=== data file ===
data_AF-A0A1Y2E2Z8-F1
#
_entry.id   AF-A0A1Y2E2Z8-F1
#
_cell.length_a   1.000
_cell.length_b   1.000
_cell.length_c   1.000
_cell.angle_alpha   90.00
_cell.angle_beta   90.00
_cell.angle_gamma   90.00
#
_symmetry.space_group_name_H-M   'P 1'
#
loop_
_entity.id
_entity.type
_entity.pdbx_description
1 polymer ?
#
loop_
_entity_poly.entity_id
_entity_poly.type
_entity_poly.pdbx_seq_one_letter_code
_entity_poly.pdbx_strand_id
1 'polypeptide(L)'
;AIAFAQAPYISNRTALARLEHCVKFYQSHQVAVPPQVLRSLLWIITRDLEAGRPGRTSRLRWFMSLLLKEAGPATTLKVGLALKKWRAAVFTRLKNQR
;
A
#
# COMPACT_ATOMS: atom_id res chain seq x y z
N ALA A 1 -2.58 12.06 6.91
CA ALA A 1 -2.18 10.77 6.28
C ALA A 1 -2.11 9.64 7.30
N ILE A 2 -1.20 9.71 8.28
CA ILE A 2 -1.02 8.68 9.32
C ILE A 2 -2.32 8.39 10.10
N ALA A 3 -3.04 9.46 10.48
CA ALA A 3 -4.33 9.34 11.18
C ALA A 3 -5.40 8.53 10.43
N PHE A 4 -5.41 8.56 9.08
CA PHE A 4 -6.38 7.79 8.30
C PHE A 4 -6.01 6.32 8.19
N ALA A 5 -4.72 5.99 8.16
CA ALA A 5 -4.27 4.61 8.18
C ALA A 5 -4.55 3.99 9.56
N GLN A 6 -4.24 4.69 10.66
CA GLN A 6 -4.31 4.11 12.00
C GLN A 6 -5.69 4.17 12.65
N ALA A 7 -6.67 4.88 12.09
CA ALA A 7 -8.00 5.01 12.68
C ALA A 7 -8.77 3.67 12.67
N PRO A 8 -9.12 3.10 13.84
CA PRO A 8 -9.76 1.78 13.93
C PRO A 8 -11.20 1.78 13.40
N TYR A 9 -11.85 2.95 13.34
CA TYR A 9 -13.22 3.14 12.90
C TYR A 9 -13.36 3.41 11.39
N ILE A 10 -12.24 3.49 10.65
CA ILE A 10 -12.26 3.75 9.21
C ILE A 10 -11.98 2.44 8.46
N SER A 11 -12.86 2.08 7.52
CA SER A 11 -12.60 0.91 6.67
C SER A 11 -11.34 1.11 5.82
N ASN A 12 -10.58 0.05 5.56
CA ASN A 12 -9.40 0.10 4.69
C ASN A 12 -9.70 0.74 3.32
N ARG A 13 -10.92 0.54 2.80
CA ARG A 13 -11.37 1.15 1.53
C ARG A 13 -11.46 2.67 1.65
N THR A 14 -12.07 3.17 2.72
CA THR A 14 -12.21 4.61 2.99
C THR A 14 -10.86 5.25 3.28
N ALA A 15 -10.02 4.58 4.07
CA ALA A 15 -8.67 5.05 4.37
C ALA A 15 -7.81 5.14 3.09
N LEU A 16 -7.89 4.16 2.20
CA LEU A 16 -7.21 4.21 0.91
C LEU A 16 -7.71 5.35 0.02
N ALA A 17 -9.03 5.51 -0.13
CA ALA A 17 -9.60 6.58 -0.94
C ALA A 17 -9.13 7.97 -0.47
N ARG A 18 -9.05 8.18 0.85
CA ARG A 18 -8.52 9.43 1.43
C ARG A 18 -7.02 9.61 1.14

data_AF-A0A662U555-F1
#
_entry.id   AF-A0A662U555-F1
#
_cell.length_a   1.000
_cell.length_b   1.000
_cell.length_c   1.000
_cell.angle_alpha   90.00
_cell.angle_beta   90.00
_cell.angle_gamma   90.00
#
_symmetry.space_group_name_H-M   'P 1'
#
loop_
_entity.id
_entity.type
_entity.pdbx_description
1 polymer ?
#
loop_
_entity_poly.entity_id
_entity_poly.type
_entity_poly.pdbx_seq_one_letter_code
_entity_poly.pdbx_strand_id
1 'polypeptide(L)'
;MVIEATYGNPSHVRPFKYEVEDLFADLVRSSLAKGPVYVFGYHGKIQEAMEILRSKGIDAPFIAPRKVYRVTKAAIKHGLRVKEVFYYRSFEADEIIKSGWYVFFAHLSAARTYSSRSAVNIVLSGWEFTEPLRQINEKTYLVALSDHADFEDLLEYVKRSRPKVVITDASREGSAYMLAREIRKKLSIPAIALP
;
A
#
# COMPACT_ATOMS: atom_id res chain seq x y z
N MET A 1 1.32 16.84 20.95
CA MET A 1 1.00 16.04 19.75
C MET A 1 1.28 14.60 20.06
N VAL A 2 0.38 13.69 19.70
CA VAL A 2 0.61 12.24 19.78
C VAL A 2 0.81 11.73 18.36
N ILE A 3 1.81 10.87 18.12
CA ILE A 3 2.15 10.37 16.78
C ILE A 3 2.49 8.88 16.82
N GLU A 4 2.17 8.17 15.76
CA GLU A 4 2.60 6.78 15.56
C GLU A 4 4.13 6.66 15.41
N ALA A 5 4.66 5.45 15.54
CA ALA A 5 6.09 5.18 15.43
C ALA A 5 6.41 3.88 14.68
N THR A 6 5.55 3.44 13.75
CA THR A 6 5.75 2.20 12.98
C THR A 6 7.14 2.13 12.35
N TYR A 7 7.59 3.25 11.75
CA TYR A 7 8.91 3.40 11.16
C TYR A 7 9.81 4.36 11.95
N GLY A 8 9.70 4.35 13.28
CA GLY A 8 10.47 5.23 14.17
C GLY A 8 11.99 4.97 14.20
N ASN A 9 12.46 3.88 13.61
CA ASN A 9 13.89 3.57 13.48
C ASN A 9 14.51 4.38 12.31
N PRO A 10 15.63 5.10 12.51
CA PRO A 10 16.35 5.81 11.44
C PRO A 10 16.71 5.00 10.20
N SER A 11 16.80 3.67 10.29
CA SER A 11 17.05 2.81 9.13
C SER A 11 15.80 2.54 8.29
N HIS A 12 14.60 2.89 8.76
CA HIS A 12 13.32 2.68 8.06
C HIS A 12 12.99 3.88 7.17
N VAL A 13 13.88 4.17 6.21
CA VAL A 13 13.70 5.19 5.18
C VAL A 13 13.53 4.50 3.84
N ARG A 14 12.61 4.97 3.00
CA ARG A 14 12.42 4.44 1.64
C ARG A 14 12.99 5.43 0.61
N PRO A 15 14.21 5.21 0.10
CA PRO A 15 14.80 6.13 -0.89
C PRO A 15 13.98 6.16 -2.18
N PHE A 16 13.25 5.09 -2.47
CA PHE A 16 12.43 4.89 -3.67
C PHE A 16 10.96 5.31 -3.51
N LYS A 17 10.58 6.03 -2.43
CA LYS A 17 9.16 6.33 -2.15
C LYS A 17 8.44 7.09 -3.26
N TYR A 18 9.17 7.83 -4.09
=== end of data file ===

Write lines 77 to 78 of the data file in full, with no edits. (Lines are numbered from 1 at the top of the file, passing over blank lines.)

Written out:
CA LEU A 16 -7.21 4.21 0.91
C LEU A 16 -7.71 5.35 0.02